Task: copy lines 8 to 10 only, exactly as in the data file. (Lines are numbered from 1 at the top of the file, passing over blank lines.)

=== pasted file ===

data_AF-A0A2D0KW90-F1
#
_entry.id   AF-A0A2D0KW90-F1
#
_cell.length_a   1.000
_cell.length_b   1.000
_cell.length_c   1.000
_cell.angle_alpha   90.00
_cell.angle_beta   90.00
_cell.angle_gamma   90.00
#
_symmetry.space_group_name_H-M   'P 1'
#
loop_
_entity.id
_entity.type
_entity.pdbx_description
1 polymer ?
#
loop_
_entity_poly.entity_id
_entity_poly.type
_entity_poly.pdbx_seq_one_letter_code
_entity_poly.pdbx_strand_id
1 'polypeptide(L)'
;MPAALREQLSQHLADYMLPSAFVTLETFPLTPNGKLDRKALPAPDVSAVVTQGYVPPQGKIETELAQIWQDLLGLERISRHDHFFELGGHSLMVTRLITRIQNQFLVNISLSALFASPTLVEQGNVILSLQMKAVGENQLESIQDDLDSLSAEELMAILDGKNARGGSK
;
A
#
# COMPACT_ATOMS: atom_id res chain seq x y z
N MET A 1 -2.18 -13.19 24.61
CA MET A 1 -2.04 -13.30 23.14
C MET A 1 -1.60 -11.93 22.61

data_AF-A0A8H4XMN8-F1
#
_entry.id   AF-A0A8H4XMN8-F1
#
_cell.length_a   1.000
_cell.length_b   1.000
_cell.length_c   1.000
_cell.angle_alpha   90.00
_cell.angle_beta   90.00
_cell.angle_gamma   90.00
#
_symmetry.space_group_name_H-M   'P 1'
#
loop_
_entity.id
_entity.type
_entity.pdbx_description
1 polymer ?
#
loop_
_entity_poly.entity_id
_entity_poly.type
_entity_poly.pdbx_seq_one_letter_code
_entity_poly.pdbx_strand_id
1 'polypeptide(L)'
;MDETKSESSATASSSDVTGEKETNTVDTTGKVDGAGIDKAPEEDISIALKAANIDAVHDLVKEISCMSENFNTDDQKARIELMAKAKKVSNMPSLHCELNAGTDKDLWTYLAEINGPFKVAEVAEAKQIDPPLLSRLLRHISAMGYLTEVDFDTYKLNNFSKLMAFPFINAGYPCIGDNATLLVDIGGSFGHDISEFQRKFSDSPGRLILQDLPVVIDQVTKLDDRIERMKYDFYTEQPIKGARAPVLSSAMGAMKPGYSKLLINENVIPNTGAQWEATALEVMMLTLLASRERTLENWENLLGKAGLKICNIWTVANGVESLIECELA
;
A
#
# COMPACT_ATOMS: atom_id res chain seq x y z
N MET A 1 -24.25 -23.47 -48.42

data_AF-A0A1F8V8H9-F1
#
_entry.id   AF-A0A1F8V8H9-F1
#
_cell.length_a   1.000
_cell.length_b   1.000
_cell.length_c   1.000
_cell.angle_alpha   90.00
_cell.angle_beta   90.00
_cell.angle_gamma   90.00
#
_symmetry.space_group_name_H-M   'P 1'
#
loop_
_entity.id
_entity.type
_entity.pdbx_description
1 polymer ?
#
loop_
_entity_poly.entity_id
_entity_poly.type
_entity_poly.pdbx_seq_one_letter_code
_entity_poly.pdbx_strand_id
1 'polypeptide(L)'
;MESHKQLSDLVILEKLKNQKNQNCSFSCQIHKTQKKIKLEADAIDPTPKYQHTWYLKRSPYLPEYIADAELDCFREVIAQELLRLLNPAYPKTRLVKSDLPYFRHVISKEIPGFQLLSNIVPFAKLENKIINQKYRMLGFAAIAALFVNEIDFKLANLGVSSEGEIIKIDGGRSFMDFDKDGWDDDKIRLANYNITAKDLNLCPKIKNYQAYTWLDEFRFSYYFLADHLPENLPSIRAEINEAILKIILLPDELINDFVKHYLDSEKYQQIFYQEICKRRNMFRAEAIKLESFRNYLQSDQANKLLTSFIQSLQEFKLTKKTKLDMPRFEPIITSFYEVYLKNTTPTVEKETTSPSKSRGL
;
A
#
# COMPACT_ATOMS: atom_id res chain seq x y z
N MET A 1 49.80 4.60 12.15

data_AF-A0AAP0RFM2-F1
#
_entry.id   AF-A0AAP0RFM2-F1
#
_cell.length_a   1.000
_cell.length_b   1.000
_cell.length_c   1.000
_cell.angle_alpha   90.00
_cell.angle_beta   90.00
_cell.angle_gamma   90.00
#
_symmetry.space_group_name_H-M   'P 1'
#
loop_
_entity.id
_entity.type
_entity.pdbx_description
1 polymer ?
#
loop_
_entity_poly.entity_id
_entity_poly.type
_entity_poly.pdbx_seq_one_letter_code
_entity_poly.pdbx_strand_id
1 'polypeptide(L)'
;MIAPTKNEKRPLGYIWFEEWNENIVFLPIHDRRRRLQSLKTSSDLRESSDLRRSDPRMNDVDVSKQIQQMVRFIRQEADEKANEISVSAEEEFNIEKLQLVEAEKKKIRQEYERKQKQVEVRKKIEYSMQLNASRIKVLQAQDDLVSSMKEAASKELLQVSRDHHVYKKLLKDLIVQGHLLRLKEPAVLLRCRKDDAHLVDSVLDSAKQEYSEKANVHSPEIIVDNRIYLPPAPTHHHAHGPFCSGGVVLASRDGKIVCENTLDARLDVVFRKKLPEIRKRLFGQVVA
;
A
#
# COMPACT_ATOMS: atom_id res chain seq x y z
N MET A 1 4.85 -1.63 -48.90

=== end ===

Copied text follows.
_cell.angle_alpha   90.00
_cell.angle_beta   90.00
_cell.angle_gamma   90.00